Glacier Bay National Park and Preserve

Jul 25, 2018 - National Geographic Quest

National Geographic Quest quietly glided into Bartlett Cove, located at the southern end of the Chilkat Peninsula, this morning. As guests awoke to a gorgeous sunrise over the mountains, a National Park Ranger and Tlingit Cultural Interpreter joined them for the trip into Glacier Bay National Park and Preserve. The sun shone on blows of humpback whales against a backdrop of the snow-capped Fairweather Mountain Range, and National Geographic Quest headed towards South Marble Island. This first stop in the national park is a known resting spot for marine mammals and nesting site for a plethora of birds. Guests spotted both tufted and horned puffins paddling in the water next to pelagic cormorants, pigeon guillemots, and black-legged kittiwakes. 1500-pound Steller sea lions lounged along the coastline, roaring back and forth to each other, as sleeping sea otters calmly floated along next to the ship. 

Continuing north into the West Arm of Glacier Bay, National Geographic Quest nosed into Tidal Inlet in a continued search for wildlife. Guests spotted a brown bear napping on a mountainside, as well as a nanny and kid mountain goat grazing on Gloomy Knob. As the ship ventured further into the bay, the temperate rainforest gave way to sheer granite cliffs towering over emerald green waters starting to fill with “bergy bits” – small pieces of floating ice – hinting at the glaciers still to come. Hundreds of harbor seals were hauled out on the thrash ice in front of Johns Hopkins Glacier. Guests shared a rare moment of silence to listen to the sounds of “white thunder” as bits of ice calved off of the glacier’s face. Enjoying the wild beauty, they remained on the sundeck to watch as the glacier faded into the distance as National Geographic Quest made its way south out of the bay. After a full day of observation from the ship, guests offloaded in Bartlett Cove to explore some coastal trails and stretch their legs. A special guest, local author and musician Kim Heacox joined the guests for stories and music before all headed to a good night’s rest.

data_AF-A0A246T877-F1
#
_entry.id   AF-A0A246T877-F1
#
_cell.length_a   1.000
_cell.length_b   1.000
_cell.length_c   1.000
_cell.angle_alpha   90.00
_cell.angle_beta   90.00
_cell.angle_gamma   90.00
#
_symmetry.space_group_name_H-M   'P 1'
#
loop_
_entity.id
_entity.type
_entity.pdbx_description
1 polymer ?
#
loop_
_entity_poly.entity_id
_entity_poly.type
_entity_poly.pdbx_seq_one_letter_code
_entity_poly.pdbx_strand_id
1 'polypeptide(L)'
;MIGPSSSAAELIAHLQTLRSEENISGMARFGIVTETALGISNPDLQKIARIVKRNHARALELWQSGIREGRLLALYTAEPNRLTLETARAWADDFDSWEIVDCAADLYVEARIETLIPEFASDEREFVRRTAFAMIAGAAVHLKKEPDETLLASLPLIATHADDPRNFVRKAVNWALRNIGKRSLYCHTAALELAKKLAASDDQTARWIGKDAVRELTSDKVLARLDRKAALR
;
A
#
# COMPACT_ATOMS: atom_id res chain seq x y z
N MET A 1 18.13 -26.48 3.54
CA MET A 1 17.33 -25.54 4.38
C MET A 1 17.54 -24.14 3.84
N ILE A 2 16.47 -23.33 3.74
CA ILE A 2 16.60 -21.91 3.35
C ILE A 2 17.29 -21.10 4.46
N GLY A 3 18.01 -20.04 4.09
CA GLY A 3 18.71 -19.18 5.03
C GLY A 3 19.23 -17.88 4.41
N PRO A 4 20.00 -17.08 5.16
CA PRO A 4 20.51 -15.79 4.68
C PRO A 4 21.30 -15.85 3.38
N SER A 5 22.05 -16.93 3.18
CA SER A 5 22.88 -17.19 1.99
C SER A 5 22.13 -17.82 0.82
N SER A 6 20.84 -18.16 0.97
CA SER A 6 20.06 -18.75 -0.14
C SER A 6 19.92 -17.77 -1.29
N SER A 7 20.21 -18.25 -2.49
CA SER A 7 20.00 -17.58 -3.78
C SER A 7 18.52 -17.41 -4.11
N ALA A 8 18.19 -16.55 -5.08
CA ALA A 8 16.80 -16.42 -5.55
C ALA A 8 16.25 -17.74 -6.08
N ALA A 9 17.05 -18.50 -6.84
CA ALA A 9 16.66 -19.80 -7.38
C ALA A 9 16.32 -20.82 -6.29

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About the Author

JIll Niederberger


Jill is an aquatic biologist, naturalist, divemaster, and captain with a love for everything living in and depending on water. Whether sailing catamarans, leading snorkeling tours, or assisting with cetacean field research projects, she enjoys connecting others to the wilderness around them. Her most recent adventures have led her into a focus on marine mammals – those creatures with fur and blubber that defy the odds by living in or depending on an environment in which they cannot breathe.

About the Videographer

Dave Katz

Video Chronicler

As a family growing up in the Finger Lakes region of New York, free time was spent in the outdoors. Dave’s mother, an earth science and biology teacher turned weekend hikes into informative lessons. The beautiful gorges, lakes and forests made a lasting impression.

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